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Witches and arches: weekend of the arts in Dundee

Remembering Witches Blood was staged in the atmospheric surroundings of DC Thomson's former print works at West Ward.
Remembering Witches Blood was staged in the atmospheric surroundings of DC Thomson's former print works at West Ward.

Remembering Witch’s Blood, a community performance featuring a 40-strong live choir, headlined the third day of events at Dundee’s Design Festival.

Witch’s Blood, a community performance first seen in the city in 1987, was reincarnated for an immersive ‘trailer event’ which provided a taste of the full story, due to be performed next year.

The promenade piece, based on William Blain’s book of the same name, took the audience around the atmospheric West Ward Works, blending contemporary life with the past in an edgy performance.

The production also featured live singing and virtual music, creating a fragmented narrative to set the scene for next year.

Alan Lyddiard, who directed the ’87 version, said the production was an “eerie installation”.

“It’s a beautiful taster. It’s really about taking what happened 30 years ago and looking to the future,” he said.

“It’s fiction that melds with the memories. It’s full of fragments, echoes and memories.”

Alan, who is also one of the directors for the reimagined piece, has been joined by some of the performers from the original production as well as brand new cast members.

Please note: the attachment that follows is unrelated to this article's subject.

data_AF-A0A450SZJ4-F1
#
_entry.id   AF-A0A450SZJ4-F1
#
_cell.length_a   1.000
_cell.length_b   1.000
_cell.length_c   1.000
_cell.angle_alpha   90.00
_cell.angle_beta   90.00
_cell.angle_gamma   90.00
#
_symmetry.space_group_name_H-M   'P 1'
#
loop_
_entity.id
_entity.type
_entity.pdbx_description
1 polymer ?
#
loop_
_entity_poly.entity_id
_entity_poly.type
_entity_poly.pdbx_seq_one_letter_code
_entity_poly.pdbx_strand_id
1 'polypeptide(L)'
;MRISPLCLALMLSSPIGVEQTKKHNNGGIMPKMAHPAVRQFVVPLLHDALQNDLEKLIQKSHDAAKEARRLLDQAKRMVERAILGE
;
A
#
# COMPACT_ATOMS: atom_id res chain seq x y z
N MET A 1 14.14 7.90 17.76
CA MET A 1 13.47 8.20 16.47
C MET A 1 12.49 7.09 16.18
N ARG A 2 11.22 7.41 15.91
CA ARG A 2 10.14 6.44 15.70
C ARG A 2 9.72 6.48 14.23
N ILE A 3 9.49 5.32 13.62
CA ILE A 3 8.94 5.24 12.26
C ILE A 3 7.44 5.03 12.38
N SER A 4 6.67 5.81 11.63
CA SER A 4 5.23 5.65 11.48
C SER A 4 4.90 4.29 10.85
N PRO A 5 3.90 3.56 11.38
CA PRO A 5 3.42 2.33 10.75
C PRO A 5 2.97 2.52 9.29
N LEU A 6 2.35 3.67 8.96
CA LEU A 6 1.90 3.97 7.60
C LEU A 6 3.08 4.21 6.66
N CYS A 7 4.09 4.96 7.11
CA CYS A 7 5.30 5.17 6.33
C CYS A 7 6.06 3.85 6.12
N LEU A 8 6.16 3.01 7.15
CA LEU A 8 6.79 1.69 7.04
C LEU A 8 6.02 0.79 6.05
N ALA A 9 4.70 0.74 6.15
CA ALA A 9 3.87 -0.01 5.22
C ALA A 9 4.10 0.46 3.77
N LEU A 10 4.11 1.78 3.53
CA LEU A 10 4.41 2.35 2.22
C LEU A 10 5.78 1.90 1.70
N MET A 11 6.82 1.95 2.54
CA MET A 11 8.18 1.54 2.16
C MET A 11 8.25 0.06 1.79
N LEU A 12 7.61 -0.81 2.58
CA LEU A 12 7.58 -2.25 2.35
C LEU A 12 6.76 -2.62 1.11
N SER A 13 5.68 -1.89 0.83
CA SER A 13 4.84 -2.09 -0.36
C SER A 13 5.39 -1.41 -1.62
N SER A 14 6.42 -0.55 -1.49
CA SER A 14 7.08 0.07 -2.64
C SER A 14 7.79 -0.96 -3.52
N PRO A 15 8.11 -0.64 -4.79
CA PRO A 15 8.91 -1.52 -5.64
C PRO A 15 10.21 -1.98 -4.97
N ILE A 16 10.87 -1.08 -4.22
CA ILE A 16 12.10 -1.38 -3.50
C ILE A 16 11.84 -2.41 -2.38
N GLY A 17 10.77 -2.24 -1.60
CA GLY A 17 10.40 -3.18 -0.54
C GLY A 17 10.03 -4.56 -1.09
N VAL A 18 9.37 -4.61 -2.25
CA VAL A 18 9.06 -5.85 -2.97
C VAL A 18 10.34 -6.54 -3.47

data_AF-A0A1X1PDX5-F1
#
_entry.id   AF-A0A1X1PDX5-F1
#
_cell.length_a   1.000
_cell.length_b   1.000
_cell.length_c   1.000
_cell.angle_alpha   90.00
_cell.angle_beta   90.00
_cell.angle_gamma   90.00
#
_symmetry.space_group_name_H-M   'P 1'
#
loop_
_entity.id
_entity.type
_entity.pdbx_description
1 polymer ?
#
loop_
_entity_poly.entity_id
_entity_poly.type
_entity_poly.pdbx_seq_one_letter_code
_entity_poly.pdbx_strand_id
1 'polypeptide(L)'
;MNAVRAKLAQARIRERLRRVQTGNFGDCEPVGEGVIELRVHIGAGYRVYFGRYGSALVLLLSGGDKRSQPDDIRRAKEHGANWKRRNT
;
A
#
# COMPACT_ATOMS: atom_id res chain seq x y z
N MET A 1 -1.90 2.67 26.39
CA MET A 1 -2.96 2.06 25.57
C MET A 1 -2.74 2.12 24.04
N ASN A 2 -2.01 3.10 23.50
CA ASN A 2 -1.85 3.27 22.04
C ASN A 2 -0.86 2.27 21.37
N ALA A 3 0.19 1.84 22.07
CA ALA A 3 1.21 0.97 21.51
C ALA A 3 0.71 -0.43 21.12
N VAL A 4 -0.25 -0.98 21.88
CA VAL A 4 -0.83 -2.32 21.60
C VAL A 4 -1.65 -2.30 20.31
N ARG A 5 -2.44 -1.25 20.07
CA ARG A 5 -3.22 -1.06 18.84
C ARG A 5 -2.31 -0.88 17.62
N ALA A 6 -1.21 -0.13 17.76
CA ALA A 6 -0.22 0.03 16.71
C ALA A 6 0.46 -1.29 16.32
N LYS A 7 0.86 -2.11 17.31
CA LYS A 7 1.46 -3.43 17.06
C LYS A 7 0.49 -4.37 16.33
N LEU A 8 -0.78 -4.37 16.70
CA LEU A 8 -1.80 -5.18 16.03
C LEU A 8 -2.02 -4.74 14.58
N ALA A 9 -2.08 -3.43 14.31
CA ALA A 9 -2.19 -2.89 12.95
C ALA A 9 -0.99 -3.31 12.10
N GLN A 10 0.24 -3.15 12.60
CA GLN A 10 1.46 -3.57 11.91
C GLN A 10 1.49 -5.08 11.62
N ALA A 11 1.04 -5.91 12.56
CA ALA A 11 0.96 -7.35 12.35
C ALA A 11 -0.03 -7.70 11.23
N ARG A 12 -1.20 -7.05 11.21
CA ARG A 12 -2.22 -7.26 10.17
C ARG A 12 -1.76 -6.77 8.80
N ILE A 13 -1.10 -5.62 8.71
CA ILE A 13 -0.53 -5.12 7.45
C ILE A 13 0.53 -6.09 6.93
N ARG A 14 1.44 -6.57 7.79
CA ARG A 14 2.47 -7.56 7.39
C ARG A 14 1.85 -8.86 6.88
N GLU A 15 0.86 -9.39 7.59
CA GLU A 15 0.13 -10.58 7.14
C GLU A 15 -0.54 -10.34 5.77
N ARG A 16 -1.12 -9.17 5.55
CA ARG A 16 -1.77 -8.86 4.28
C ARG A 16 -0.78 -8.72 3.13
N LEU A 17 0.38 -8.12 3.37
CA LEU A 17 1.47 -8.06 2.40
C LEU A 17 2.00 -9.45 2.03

Some participants are also the grandchildren of those involved in the 1987 version.

The community production has worked with around 100 people, 50 of whom appeared in three performances last night.

Organisers are hoping to bring the full scale production to life in July 2017, 30 years after its debut.

Elsewhere, artists Claire Dow and Olivier Grossetete were bringing the past into the present as part of the Ignite Dundee festival.

They have been preparing for today’s construction of a cardboard Royal Arch, which will be 14 metres high and 14 metres wide.

The cardboard Royal Arch starts to take shape.
The cardboard Royal Arch starts to take shape.

The crowdfunded project raised £2,770 – the same amount spent on building the original structure in the 1800s.

Members of the public are invited to come along and help build the arch, which will be made of 1,200 cardboard boxes, in Slessor Gardens.

The structure will then be demolished on Sunday at 1pm, reflecting the real arch’s destruction in 1964 to make way for the Tay Road Bridge.

Olivier has created similar People’s Towers all over the world, but this is the first of its kind on Scotland’s east coast.

It will also be the first event in the gardens’ public space.

Members of Abertay’s historical society will be on hand to give information about the history of the arch.

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